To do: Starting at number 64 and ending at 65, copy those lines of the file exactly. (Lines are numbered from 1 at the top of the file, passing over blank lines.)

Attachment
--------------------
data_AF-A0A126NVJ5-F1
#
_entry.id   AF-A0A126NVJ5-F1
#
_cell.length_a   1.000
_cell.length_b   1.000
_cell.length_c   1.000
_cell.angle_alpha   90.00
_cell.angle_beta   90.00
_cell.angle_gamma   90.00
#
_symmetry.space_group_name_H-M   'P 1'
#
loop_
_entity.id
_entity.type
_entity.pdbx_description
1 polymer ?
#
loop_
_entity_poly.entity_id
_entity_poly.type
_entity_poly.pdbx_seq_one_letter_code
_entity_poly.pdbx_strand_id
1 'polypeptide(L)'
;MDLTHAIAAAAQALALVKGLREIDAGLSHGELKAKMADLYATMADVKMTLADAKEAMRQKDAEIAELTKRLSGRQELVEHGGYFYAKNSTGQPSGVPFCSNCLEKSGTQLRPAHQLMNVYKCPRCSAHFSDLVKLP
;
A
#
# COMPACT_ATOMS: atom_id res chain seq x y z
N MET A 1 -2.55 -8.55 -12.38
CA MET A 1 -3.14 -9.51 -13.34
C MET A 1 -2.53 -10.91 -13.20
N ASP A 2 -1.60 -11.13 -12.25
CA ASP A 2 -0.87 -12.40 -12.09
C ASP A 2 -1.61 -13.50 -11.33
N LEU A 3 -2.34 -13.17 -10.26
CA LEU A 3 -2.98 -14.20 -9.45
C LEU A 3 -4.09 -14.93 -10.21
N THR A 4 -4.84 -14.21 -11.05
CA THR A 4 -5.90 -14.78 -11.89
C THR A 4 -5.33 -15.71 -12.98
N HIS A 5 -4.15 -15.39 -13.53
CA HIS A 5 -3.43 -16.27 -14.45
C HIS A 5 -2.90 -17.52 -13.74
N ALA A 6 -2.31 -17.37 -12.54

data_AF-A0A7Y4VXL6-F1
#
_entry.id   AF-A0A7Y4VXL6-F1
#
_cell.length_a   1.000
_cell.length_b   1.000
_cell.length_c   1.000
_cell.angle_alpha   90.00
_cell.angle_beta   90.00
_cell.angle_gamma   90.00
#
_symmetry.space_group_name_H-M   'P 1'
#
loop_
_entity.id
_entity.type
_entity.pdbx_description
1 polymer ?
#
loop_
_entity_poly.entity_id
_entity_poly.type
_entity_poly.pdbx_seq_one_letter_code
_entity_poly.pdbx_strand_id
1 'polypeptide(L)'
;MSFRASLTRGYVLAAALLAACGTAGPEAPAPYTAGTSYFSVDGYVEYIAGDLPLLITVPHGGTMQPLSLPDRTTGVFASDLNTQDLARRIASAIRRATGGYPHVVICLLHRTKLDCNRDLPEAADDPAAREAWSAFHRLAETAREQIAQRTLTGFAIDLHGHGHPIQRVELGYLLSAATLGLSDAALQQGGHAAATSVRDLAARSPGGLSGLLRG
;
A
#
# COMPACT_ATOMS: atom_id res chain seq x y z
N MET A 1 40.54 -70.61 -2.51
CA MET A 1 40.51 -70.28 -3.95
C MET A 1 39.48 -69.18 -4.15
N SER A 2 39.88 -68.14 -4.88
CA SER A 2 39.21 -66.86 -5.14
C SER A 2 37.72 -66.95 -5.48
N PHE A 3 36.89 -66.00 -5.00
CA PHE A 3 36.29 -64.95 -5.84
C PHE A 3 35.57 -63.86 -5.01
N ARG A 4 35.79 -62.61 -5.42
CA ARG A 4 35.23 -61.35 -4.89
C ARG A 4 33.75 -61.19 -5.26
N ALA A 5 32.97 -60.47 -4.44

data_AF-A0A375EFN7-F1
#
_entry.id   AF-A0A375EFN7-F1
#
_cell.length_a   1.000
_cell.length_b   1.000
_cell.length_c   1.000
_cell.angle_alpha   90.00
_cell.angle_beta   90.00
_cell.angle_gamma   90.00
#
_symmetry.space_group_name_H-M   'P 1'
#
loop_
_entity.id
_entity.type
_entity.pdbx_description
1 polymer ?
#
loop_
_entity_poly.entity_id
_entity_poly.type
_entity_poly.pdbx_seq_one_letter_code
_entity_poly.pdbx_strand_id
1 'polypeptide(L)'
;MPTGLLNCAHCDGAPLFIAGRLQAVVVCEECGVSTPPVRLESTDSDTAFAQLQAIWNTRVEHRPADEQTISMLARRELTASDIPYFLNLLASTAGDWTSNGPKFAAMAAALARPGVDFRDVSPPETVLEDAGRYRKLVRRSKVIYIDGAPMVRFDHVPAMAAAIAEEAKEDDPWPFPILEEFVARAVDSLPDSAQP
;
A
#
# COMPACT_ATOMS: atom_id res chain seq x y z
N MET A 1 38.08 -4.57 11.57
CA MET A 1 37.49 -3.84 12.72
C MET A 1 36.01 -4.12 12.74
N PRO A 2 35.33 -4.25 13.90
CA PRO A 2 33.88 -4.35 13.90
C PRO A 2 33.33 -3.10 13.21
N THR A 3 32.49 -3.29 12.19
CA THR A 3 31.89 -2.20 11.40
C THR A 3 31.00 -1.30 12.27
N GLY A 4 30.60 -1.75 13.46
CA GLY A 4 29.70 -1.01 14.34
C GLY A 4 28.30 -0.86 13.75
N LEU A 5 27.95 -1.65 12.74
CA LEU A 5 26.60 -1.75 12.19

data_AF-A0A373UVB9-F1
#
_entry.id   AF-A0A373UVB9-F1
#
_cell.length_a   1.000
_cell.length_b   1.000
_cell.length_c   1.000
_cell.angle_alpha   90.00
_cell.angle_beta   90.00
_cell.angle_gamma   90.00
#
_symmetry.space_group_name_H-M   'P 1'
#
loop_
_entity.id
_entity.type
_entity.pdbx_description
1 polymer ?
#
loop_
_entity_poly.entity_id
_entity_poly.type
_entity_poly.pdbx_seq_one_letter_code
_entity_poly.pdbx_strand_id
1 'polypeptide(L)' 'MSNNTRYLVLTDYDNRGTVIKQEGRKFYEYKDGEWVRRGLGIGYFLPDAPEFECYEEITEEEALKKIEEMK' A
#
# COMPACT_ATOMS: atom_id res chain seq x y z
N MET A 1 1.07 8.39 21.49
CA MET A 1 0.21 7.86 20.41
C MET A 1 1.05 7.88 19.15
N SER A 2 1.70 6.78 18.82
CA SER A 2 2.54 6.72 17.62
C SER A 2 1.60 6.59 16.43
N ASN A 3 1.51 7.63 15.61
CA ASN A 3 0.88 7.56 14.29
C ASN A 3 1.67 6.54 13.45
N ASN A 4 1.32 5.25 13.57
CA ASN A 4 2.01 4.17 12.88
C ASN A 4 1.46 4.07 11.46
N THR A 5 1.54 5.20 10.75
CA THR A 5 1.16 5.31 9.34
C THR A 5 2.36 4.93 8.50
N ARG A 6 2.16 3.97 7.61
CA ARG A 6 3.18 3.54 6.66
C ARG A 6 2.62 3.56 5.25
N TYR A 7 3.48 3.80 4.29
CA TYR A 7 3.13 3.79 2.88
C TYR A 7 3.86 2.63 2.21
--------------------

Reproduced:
1 polymer ?
#